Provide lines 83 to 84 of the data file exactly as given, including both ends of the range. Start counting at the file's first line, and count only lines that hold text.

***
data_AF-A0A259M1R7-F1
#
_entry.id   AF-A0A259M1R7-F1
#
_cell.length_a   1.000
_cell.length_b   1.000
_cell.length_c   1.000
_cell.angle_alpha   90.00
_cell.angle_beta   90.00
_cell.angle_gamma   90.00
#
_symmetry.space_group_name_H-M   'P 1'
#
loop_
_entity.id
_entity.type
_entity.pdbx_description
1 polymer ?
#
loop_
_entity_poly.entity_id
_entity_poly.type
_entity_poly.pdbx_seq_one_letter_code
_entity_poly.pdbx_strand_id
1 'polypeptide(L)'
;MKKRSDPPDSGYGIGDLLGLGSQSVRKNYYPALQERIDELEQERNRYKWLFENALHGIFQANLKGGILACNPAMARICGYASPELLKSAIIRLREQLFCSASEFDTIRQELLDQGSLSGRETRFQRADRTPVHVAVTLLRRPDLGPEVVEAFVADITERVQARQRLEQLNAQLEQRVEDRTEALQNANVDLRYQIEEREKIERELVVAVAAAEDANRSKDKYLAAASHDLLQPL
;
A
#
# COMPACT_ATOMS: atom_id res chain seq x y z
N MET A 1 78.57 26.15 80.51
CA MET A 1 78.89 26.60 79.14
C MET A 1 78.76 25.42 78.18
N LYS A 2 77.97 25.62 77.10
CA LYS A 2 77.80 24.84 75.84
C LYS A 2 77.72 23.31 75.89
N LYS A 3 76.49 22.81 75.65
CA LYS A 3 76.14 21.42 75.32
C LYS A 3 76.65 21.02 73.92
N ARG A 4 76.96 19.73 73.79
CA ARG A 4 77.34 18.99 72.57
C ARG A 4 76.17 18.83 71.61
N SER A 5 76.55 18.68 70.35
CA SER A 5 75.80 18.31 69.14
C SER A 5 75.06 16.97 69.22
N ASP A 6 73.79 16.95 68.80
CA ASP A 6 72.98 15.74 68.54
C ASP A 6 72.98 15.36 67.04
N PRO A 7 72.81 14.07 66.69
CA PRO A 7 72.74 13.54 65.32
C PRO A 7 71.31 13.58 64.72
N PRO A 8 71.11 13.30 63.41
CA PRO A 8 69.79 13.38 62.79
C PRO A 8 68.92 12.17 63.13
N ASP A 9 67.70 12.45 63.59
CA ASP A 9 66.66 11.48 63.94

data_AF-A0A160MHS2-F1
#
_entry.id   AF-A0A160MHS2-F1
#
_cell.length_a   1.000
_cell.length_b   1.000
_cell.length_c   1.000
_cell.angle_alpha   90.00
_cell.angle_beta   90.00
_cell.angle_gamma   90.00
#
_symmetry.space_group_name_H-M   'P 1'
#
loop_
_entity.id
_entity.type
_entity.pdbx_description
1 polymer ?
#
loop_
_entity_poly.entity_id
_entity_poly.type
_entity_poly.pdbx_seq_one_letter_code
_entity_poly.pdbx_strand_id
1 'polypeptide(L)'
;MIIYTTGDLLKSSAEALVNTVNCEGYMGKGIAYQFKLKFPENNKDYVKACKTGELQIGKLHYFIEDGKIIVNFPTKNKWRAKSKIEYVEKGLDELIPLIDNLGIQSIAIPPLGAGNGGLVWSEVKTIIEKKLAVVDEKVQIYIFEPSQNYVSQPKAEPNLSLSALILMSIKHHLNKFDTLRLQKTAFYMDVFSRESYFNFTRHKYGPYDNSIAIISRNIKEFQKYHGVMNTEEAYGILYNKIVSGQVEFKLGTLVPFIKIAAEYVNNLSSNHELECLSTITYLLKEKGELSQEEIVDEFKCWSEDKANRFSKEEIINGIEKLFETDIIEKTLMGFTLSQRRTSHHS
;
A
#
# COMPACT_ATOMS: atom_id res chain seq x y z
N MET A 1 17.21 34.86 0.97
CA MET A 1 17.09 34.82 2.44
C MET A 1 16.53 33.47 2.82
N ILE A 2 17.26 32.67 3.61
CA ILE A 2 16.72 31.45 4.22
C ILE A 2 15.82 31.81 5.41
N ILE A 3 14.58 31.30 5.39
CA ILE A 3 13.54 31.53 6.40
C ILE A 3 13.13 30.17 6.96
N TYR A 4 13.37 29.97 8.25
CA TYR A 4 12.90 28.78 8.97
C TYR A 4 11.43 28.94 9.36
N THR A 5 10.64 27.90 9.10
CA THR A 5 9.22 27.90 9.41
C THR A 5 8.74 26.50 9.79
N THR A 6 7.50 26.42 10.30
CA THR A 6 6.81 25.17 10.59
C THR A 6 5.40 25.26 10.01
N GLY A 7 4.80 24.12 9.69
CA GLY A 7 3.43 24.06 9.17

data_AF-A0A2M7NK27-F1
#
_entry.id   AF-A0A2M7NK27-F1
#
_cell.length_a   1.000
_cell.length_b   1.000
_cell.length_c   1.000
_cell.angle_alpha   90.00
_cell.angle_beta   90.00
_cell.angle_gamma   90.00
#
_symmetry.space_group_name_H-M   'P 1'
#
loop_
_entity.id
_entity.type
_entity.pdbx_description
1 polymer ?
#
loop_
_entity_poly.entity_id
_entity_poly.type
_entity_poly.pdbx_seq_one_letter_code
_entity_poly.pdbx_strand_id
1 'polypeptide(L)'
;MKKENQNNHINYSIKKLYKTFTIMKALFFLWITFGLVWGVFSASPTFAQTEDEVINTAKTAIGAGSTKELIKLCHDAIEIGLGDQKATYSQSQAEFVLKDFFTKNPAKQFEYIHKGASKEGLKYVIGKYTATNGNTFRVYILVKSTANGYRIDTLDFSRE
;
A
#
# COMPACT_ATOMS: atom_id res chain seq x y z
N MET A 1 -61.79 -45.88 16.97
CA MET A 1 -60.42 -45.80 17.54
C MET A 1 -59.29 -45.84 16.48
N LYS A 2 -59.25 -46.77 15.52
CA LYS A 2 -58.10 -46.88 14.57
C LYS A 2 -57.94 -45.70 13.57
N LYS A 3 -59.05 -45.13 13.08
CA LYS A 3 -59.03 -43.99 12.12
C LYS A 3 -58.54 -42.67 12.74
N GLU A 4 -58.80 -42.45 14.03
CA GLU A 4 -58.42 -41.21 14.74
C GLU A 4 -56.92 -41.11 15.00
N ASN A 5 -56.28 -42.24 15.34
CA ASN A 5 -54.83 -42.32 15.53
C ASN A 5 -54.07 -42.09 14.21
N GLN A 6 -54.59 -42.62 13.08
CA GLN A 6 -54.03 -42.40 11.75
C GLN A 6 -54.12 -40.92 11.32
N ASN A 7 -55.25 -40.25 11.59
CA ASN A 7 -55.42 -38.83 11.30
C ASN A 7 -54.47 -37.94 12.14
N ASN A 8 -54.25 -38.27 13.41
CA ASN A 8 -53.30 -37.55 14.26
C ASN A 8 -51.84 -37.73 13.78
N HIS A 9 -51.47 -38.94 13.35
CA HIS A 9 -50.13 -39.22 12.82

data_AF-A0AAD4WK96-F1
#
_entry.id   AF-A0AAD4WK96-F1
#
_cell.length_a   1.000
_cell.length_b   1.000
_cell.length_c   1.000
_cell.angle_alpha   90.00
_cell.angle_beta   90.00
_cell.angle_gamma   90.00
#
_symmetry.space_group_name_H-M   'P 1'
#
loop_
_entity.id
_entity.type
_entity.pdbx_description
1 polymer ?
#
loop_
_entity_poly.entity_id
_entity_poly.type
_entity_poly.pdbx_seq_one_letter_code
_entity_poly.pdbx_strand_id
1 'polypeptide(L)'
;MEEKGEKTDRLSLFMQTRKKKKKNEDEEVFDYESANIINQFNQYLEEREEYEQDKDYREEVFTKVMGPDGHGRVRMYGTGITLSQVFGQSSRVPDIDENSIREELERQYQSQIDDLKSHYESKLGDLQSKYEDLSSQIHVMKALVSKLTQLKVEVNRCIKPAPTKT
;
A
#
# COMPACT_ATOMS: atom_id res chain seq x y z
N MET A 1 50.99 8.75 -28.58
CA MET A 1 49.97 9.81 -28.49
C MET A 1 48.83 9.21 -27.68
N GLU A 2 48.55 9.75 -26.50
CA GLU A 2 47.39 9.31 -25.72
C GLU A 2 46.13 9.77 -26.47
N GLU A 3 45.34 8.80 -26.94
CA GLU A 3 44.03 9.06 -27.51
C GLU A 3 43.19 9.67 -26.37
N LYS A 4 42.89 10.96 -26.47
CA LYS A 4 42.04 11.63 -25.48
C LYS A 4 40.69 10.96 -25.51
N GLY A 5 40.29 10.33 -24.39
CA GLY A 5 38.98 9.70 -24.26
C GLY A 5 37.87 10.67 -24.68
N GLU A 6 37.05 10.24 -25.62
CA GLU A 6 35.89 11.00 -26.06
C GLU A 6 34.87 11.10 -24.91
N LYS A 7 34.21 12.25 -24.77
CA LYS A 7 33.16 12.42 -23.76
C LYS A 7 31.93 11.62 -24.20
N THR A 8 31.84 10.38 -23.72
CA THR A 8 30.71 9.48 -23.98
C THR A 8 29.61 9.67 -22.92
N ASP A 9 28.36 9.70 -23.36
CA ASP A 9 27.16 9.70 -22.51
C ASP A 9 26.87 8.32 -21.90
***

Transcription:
;
A